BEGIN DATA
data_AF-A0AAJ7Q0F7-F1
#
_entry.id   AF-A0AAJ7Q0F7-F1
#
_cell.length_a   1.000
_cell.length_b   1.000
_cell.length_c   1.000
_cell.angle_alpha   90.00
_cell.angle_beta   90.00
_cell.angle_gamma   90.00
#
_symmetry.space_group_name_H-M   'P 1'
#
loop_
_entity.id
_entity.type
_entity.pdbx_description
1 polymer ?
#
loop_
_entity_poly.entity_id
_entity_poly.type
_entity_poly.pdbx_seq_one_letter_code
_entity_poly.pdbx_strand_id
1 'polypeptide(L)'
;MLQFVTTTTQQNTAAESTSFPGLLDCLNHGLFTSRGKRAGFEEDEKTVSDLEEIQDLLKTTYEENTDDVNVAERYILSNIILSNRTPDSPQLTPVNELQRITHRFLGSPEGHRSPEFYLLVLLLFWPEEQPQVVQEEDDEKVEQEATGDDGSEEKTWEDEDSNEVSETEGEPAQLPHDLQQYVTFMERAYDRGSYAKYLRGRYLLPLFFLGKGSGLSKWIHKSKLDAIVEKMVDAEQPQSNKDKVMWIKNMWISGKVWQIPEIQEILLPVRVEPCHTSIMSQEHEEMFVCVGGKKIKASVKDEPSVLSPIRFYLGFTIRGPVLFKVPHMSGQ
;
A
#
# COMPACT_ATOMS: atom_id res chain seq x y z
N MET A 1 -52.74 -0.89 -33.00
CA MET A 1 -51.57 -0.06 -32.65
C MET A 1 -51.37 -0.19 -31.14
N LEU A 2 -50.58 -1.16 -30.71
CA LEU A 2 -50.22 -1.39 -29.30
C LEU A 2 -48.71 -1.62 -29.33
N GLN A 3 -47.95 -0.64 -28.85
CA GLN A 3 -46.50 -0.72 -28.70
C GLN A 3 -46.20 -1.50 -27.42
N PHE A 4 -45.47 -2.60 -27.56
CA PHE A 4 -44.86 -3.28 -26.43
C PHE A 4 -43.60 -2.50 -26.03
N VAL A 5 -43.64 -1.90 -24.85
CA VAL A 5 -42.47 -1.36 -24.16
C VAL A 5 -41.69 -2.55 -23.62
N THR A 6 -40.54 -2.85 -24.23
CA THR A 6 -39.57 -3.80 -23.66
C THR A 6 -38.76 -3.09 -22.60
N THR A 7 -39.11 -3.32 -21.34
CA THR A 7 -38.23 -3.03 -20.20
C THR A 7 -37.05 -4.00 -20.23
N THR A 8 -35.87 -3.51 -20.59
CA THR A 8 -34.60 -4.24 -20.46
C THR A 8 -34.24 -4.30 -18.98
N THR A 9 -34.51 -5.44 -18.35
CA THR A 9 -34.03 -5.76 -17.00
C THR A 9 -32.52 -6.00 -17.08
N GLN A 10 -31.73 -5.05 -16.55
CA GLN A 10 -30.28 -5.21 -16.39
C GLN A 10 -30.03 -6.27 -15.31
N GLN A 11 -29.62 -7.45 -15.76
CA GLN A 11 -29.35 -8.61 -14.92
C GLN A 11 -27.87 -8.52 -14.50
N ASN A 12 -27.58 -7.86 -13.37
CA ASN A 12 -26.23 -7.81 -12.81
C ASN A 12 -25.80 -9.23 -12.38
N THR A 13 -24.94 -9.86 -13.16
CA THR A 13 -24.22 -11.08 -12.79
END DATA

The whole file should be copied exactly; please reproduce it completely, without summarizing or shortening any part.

data_AF-A0AAJ7Q0F7-F1
#
_entry.id   AF-A0AAJ7Q0F7-F1
#
_cell.length_a   1.000
_cell.length_b   1.000
_cell.length_c   1.000
_cell.angle_alpha   90.00
_cell.angle_beta   90.00
_cell.angle_gamma   90.00
#
_symmetry.space_group_name_H-M   'P 1'
#
loop_
_entity.id
_entity.type
_entity.pdbx_description
1 polymer ?
#
loop_
_entity_poly.entity_id
_entity_poly.type
_entity_poly.pdbx_seq_one_letter_code
_entity_poly.pdbx_strand_id
1 'polypeptide(L)'
;MLQFVTTTTQQNTAAESTSFPGLLDCLNHGLFTSRGKRAGFEEDEKTVSDLEEIQDLLKTTYEENTDDVNVAERYILSNIILSNRTPDSPQLTPVNELQRITHRFLGSPEGHRSPEFYLLVLLLFWPEEQPQVVQEEDDEKVEQEATGDDGSEEKTWEDEDSNEVSETEGEPAQLPHDLQQYVTFMERAYDRGSYAKYLRGRYLLPLFFLGKGSGLSKWIHKSKLDAIVEKMVDAEQPQSNKDKVMWIKNMWISGKVWQIPEIQEILLPVRVEPCHTSIMSQEHEEMFVCVGGKKIKASVKDEPSVLSPIRFYLGFTIRGPVLFKVPHMSGQ
;
A
#
# COMPACT_ATOMS: atom_id res chain seq x y z
N MET A 1 -52.74 -0.89 -33.00
CA MET A 1 -51.57 -0.06 -32.65
C MET A 1 -51.37 -0.19 -31.14
N LEU A 2 -50.58 -1.16 -30.71
CA LEU A 2 -50.22 -1.39 -29.30
C LEU A 2 -48.71 -1.62 -29.33
N GLN A 3 -47.95 -0.64 -28.85
CA GLN A 3 -46.50 -0.72 -28.70
C GLN A 3 -46.20 -1.50 -27.42
N PHE A 4 -45.47 -2.60 -27.56
CA PHE A 4 -44.86 -3.28 -26.43
C PHE A 4 -43.60 -2.50 -26.03
N VAL A 5 -43.64 -1.90 -24.85
CA VAL A 5 -42.47 -1.36 -24.16
C VAL A 5 -41.69 -2.55 -23.62
N THR A 6 -40.54 -2.85 -24.23
CA THR A 6 -39.57 -3.80 -23.66
C THR A 6 -38.76 -3.09 -22.60
N THR A 7 -39.11 -3.32 -21.34
CA THR A 7 -38.23 -3.03 -20.20
C THR A 7 -37.05 -4.00 -20.23
N THR A 8 -35.87 -3.51 -20.59
CA THR A 8 -34.60 -4.24 -20.46
C THR A 8 -34.24 -4.30 -18.98
N THR A 9 -34.51 -5.44 -18.35
CA THR A 9 -34.03 -5.76 -17.00
C THR A 9 -32.52 -6.00 -17.08
N GLN A 10 -31.73 -5.05 -16.55
CA GLN A 10 -30.28 -5.21 -16.39
C GLN A 10 -30.03 -6.27 -15.31
N GLN A 11 -29.62 -7.45 -15.76
CA GLN A 11 -29.35 -8.61 -14.92
C GLN A 11 -27.87 -8.52 -14.50
N ASN A 12 -27.58 -7.86 -13.37
CA ASN A 12 -26.23 -7.81 -12.81
C ASN A 12 -25.80 -9.23 -12.38
N THR A 13 -24.94 -9.86 -13.16
CA THR A 13 -24.22 -11.08 -12.79